Controversy over Kenai’s decision to turn over management of its recreation center to the Boys and Girls Clubs of the Kenai Peninsula died down more than two years ago, but the city has once again found itself on the losing side of a court decision on the issue.
The city had appealed Kenai Superior Court Judge Harold Brown’s ruling that the city should pay “reasonable attorney’s fees” to the public interest group known as Friends of the Recreation Center Inc., which claimed Kenai violated its own municipal code by giving a management contract to Boys and Girls Clubs.
The contract was awarded in 2003 without being put out for bid, as required by Kenai statute.
The city contended its code exempted the management contract from the bidding process because it was for a service “of a professional nature.”
Such services, specified in the code as “engineering, architectural and medical services,” do not require the city to solicit bids from at least three potential contractors.
Brown’s court disagreed with the city, and awarded attorney’s fees to the Friends of the Recreation Center.
On Feb. 17, the Supreme Court of the state of Alaska denied the appeal and affirmed the Superior Court’s ruling.
Representing the Friends group, Anchorage attorney John Havelock was awarded $20,000 in the lower court and is seeking $14,000 for the appeal, plus $1,000 in court costs, Havelock said Wednesday.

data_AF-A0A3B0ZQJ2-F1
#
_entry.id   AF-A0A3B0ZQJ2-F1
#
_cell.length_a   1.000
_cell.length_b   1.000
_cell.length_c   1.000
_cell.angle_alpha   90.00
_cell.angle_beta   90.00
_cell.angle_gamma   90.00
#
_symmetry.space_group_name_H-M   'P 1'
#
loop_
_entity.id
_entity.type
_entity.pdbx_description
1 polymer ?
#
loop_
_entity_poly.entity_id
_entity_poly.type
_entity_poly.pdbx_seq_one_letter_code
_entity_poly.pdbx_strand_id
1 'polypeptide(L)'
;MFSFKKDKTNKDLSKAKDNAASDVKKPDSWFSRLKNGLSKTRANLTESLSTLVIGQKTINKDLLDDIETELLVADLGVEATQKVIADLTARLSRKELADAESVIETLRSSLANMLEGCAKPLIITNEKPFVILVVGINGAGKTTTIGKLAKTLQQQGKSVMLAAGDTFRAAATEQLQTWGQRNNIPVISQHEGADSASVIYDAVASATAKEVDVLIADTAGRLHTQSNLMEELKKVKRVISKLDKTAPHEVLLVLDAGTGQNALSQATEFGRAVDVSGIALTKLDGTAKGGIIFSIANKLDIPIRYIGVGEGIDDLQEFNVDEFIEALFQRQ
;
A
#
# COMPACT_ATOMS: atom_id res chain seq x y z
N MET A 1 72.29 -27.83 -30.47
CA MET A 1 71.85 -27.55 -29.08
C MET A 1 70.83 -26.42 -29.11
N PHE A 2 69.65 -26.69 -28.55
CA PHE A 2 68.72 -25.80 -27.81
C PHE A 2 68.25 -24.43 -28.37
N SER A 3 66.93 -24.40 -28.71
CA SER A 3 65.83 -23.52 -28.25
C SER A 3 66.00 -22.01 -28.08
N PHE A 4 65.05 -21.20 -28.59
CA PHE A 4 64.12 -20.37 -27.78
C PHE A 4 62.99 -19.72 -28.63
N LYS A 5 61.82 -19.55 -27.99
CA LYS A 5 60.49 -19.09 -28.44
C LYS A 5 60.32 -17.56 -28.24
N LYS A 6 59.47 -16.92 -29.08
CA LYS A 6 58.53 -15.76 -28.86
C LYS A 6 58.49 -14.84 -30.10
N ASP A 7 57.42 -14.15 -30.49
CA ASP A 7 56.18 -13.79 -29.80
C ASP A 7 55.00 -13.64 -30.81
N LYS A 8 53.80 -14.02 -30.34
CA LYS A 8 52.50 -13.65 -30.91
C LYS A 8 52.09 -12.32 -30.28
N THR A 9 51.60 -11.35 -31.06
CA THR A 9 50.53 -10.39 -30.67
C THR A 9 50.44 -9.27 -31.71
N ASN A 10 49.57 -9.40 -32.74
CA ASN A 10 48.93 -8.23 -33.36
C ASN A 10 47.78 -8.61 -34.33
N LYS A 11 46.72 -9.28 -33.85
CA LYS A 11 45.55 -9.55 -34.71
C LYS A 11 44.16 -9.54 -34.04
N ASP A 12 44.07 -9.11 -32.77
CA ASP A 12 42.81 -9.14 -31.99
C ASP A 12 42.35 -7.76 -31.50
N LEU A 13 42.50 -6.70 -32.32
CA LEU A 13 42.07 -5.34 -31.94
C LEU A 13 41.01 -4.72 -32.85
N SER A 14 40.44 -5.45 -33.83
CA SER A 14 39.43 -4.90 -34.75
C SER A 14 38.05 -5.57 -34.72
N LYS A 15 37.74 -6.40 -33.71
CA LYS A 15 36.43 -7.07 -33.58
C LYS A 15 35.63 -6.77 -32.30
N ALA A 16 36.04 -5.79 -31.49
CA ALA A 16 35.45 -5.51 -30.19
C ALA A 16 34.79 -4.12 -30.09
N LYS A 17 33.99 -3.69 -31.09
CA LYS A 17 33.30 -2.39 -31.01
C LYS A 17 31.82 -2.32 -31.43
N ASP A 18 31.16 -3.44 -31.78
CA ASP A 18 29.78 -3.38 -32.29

In addition to ordering payment of attorney’s fees, “the court went out of its way to affirm Judge Brown’s ruling that the city had misinterpreted its own ordinance,” Havelock said.
“I’m a former public official myself, and I was deeply disappointed that the city did not recognize its own mistake,” he said.
Havelock also said he wrote to the city several times, attempting unsuccessfully to resolve the matter without going to court.
“I do not like to see public money wasted,” he said.
When the city first announced plans to award the management contract to the Boys and Girls Clubs, high school students who frequented the Teen Center on the second floor of the facility feared new managers would force them to comply with stricter rules and make them join in Boys and Girls Club programs.
After the city amended its code and awarded a legal contract to the Boys and Girls Clubs, the teens found their fears to be unfounded.
Many said they liked the improvements made by Boys and Girls Clubs, including bringing in new furniture, recovering pool tables, adding booths donated by Arby’s Restaurant and conducting monthly dances for the youth.
City attorney Cary Graves said while he does not agree with the Supreme Court decision, “We certainly will abide by it. We have no intention to be disrespectful.
“Overall, the program to privatize the rec center has been successful,” he said. “Over the past two years, we’ve saved probably a couple hundred thousand dollars.”
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